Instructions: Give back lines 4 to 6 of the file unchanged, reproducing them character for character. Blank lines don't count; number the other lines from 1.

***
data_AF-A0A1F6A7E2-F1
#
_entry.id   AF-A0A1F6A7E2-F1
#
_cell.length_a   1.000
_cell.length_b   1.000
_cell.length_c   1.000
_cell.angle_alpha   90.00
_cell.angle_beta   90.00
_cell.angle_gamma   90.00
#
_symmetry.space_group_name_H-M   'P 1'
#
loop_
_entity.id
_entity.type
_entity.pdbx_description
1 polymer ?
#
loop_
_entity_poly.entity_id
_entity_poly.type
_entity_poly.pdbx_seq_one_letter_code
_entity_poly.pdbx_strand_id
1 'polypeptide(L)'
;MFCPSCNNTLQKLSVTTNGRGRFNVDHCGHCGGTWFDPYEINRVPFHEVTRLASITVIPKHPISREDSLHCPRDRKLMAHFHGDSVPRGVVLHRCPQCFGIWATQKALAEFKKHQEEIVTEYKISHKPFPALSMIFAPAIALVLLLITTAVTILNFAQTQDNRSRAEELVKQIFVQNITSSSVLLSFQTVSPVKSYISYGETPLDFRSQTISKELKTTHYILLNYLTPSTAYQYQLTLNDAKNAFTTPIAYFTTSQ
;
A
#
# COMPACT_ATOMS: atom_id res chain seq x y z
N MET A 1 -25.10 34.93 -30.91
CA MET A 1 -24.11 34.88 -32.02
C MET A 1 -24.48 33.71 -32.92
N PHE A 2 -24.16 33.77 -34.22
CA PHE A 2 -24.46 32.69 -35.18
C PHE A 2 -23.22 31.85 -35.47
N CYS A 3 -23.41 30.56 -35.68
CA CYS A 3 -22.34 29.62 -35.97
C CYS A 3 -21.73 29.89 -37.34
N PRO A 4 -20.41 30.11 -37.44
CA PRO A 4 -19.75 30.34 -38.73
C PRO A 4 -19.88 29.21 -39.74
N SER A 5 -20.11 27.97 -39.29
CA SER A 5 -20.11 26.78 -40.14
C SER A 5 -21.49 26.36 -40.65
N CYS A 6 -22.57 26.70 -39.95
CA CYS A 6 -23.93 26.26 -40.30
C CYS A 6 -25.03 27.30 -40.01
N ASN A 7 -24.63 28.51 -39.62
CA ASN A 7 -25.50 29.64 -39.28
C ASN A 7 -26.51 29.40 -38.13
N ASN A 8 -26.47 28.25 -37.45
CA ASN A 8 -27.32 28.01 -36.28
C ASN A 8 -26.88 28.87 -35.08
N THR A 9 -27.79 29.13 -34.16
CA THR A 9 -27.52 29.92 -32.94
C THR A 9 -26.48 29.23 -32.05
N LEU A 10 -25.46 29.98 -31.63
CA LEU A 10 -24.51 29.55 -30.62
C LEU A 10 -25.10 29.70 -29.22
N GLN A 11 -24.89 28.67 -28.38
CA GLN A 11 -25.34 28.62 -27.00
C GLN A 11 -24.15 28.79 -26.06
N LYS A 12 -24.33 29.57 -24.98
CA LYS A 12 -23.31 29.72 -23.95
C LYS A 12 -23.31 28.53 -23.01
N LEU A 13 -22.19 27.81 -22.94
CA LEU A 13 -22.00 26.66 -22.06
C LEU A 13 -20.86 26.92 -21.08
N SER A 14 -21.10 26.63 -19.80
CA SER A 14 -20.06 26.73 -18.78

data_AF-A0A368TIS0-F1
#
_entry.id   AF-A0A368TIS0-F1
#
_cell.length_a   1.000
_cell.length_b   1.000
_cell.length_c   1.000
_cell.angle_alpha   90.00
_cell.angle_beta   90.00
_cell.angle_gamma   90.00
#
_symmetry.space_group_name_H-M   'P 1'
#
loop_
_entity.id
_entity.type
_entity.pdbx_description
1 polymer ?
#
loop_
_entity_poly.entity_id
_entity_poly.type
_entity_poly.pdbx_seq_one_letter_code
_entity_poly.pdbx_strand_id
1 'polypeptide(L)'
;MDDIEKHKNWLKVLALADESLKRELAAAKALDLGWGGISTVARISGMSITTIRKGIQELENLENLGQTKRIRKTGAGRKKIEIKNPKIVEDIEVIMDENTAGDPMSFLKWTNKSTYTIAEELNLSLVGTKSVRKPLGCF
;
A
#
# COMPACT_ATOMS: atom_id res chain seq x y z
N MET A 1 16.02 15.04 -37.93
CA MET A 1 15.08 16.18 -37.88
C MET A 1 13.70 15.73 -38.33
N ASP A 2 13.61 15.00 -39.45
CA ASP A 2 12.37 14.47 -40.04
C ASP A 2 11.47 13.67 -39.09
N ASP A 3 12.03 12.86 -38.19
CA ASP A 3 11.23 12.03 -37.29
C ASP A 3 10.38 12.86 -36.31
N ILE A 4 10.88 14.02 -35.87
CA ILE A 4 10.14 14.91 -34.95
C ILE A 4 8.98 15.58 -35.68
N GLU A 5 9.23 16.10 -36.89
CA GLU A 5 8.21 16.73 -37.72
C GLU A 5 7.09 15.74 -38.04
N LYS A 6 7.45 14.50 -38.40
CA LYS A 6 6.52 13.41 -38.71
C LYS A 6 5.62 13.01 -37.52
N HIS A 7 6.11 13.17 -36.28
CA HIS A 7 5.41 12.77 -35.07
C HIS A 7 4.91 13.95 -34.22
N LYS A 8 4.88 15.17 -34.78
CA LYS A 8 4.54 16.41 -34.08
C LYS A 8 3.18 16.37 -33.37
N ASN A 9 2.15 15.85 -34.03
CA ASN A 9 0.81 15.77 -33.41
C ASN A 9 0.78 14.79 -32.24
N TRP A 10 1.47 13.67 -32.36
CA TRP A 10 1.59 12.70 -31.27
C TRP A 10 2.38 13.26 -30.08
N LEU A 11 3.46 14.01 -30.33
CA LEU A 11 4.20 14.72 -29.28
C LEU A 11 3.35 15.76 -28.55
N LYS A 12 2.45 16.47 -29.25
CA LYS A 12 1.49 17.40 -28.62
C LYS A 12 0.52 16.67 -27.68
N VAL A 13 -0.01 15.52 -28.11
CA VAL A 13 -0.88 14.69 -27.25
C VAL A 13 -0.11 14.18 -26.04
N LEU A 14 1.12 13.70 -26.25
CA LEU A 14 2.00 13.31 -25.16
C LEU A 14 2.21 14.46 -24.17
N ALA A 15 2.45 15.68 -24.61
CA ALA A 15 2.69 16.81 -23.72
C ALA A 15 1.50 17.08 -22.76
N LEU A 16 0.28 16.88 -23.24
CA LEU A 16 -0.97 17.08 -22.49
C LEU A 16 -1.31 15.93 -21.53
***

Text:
#
_cell.length_a   1.000
_cell.length_b   1.000